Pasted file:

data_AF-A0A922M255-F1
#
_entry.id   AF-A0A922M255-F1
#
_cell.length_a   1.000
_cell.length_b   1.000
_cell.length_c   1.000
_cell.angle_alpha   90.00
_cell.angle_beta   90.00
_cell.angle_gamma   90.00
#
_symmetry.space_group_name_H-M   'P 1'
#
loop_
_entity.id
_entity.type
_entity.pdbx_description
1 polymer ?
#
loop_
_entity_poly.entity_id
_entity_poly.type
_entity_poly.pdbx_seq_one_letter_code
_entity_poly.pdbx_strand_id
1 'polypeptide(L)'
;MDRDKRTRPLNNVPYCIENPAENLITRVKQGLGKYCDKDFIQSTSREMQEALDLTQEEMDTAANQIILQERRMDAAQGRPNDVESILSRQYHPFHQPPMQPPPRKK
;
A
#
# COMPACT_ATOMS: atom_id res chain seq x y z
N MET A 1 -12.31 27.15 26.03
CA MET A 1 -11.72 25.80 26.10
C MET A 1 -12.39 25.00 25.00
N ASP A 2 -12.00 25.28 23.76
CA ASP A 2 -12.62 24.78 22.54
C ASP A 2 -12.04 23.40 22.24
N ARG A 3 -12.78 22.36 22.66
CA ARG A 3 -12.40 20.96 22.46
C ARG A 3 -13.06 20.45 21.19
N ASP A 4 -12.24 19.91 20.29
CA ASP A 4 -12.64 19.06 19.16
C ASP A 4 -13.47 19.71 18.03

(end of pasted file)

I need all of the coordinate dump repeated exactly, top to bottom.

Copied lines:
data_AF-A0A922M255-F1
#
_entry.id   AF-A0A922M255-F1
#
_cell.length_a   1.000
_cell.length_b   1.000
_cell.length_c   1.000
_cell.angle_alpha   90.00
_cell.angle_beta   90.00
_cell.angle_gamma   90.00
#
_symmetry.space_group_name_H-M   'P 1'
#
loop_
_entity.id
_entity.type
_entity.pdbx_description
1 polymer ?
#
loop_
_entity_poly.entity_id
_entity_poly.type
_entity_poly.pdbx_seq_one_letter_code
_entity_poly.pdbx_strand_id
1 'polypeptide(L)'
;MDRDKRTRPLNNVPYCIENPAENLITRVKQGLGKYCDKDFIQSTSREMQEALDLTQEEMDTAANQIILQERRMDAAQGRPNDVESILSRQYHPFHQPPMQPPPRKK
;
A
#
# COMPACT_ATOMS: atom_id res chain seq x y z
N MET A 1 -12.31 27.15 26.03
CA MET A 1 -11.72 25.80 26.10
C MET A 1 -12.39 25.00 25.00
N ASP A 2 -12.00 25.28 23.76
CA ASP A 2 -12.62 24.78 22.54
C ASP A 2 -12.04 23.40 22.24
N ARG A 3 -12.78 22.36 22.66
CA ARG A 3 -12.40 20.96 22.46
C ARG A 3 -13.06 20.45 21.19
N ASP A 4 -12.24 19.91 20.29
CA ASP A 4 -12.64 19.06 19.16
C ASP A 4 -13.47 19.71 18.03